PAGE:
Easier XML-RPC for PHP 5

  • Posted by Mike Naberezny in PHP

    A few weeks ago, I rewrote the Zend XML-RPC client. After fixing some bugs and writing a test suite, I made some enhancements and usability improvements. You can learn more about the new XML-RPC client from its documentation. Here it is in a nutshell:

    Calling Remote Methods

    The new XML-RPC client has always functioned similarly to many existing PHP implementations, providing a call() method:

    $c = new Zend_XmlRpc_Client('http://framework.zend.com/xmlrpc');
    echo $c->call('test.sayHello');

    The call() instance method accepts an optional parameter with an array of parameters to marshal to the remote method. These may be native PHP types or PHP objects representing XML-RPC types. The latter is useful for the XML-RPC datatypes that do not map directly to PHP equivalents, such as base64.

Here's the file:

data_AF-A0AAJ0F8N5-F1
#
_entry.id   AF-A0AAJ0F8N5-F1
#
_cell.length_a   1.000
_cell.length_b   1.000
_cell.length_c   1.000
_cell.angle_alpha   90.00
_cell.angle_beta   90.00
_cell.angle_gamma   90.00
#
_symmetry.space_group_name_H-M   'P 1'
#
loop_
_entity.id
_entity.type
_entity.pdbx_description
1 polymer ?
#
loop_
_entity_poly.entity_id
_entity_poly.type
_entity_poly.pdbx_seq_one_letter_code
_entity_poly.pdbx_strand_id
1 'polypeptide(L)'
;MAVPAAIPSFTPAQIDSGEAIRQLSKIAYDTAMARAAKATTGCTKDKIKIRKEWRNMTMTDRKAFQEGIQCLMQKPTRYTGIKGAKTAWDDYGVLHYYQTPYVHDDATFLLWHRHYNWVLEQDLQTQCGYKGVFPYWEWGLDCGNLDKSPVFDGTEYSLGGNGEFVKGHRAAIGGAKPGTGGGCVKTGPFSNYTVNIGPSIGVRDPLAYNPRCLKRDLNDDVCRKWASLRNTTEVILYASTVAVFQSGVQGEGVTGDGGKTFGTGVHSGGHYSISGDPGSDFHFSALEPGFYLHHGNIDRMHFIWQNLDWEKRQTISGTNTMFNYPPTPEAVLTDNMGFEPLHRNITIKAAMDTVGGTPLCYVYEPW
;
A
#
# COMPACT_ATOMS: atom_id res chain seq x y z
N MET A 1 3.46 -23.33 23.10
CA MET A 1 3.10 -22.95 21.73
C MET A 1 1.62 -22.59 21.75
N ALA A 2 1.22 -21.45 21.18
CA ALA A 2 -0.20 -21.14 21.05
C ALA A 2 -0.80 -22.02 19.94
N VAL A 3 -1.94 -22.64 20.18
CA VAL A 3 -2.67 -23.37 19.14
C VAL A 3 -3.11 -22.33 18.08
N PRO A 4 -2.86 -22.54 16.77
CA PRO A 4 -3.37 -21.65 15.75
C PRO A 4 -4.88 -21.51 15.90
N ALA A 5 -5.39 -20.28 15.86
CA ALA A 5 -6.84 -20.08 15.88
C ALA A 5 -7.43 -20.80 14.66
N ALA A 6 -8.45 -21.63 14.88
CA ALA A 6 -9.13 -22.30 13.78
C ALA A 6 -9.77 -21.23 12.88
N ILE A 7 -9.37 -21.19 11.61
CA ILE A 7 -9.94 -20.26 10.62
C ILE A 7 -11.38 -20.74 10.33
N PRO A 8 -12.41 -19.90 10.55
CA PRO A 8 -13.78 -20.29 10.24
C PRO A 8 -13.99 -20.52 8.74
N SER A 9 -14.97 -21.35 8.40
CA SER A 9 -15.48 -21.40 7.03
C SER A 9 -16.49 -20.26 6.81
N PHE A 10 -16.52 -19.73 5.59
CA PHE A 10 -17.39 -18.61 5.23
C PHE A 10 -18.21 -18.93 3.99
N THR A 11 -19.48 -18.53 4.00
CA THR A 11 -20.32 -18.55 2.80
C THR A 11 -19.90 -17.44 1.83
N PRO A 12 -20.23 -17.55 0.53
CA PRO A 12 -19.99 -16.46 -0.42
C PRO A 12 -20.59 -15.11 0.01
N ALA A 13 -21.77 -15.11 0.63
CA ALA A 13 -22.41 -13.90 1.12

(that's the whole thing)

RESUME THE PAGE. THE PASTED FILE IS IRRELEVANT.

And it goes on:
Server Proxy Objects

    The above usage works fine for many purposes but could read easier and gets tedious after many method calls. One of the few advantages of serializing method calls with a protocol like XML-RPC or SOAP is that with a little extra work in the client libraries, the remote service can be exposed in a way that’s very close to a native PHP object. This is where the server proxy comes in.

    In the above example of test.sayHello(), the remote sayHello() method is in the XML-RPC pseudo-namespace test. We can use the new XML-RPC client’s getProxy() method to get a proxy to this remote namespace and then use it similarly to a normal PHP object.

    $c = new Zend_XmlRpc_Client('http://framework.zend.com/xmlrpc');
    $test = $c->getProxy('test');
    echo $test->sayHello();

    Namespaces may be nested to any depth so the XML-RPC method foo.bar.baz() becomes $foo->bar->baz().


    Faults resulting from the remote method call are automatically thrown as PHP exceptions. XML-RPC fault responses are thrown as Zend_XmlRpc_FaultException and transport errors are thrown as Zend_XmlRpc_HttpException. If this is not desirable for some reason, a doRequest() method provides a way to work with request and response objects directly.

    Update: This post was featured on PHPDeveloper.org.